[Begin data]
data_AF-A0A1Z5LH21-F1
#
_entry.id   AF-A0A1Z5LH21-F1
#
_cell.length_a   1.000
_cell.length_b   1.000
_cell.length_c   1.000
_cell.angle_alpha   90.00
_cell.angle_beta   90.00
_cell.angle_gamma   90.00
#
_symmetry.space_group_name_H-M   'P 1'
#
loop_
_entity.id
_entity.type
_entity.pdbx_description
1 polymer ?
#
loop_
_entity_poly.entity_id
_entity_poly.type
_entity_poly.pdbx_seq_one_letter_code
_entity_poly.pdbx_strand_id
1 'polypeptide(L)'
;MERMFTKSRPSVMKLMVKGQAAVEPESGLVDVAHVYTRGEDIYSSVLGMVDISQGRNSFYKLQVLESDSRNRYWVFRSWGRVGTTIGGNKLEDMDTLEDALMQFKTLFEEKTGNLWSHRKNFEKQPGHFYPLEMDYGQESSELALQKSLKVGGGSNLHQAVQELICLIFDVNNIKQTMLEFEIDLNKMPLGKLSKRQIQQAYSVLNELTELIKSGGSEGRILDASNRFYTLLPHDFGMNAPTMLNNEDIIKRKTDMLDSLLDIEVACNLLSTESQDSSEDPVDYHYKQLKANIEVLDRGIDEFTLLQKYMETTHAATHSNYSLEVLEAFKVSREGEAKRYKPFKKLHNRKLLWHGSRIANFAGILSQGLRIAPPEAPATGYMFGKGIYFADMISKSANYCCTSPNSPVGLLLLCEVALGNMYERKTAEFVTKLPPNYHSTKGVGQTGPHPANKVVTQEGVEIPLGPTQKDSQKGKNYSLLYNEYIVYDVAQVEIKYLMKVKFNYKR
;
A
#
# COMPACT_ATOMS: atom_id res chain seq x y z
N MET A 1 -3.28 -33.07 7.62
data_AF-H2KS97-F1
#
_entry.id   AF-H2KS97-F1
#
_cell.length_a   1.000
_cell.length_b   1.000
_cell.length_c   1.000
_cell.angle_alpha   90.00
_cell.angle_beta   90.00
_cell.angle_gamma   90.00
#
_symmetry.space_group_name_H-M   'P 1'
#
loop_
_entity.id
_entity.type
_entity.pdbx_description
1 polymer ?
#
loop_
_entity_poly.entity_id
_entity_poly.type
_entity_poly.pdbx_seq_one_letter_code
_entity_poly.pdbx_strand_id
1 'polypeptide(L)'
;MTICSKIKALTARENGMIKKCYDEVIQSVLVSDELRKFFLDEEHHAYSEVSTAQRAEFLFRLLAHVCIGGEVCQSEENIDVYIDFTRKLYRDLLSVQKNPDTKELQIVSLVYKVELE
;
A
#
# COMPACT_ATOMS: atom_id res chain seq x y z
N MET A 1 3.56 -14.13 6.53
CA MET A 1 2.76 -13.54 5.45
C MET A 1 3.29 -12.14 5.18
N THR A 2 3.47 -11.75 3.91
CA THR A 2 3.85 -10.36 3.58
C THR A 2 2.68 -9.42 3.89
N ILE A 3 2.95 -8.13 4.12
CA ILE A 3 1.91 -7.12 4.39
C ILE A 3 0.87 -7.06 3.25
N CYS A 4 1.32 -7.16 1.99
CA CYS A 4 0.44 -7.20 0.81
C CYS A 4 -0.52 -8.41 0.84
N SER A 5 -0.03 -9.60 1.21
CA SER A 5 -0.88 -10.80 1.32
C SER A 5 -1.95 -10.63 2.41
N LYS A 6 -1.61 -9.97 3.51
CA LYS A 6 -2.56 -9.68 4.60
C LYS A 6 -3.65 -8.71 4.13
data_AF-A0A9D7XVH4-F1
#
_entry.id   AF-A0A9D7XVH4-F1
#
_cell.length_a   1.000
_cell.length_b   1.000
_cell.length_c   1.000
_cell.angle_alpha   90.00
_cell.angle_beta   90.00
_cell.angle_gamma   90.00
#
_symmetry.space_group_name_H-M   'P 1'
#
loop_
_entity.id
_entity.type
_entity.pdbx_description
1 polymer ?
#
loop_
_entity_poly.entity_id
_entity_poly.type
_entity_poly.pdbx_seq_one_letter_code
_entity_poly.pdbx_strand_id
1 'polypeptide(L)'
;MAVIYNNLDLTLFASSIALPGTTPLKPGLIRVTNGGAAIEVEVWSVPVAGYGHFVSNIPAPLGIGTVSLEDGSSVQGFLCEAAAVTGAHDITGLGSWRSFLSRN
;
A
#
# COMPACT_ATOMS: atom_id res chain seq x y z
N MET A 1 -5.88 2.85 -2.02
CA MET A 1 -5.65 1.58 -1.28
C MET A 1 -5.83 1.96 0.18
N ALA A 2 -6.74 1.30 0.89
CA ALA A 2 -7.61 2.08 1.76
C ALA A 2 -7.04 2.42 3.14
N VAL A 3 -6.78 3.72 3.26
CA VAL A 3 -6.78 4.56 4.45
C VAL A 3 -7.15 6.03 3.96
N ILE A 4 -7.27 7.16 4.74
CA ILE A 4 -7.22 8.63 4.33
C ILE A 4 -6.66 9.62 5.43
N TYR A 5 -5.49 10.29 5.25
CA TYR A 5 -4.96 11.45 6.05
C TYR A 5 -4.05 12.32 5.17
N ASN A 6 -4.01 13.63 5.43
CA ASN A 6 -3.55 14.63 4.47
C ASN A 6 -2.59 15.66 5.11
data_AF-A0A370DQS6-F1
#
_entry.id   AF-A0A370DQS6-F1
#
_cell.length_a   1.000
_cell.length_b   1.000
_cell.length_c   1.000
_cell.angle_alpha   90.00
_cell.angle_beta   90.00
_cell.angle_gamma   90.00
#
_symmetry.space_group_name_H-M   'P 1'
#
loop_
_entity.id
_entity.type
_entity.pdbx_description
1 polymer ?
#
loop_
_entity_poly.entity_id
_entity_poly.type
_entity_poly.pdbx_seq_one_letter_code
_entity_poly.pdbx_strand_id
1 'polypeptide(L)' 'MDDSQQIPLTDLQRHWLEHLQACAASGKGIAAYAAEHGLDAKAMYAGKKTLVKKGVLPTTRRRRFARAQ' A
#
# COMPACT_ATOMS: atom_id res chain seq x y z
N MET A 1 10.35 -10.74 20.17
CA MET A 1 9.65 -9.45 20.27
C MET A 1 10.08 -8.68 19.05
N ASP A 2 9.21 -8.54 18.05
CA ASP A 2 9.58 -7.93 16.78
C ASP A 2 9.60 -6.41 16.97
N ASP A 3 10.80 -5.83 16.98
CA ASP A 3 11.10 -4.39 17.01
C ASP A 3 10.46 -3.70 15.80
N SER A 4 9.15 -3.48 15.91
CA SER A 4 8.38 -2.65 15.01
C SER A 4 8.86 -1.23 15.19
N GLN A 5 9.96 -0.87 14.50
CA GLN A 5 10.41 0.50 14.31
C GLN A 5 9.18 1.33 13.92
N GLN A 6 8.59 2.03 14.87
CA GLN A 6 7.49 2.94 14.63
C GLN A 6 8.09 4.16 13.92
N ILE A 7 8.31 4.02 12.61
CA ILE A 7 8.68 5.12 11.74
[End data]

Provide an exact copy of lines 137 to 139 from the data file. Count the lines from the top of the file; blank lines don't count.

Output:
_cell.angle_gamma   90.00
#
_symmetry.space_group_name_H-M   'P 1'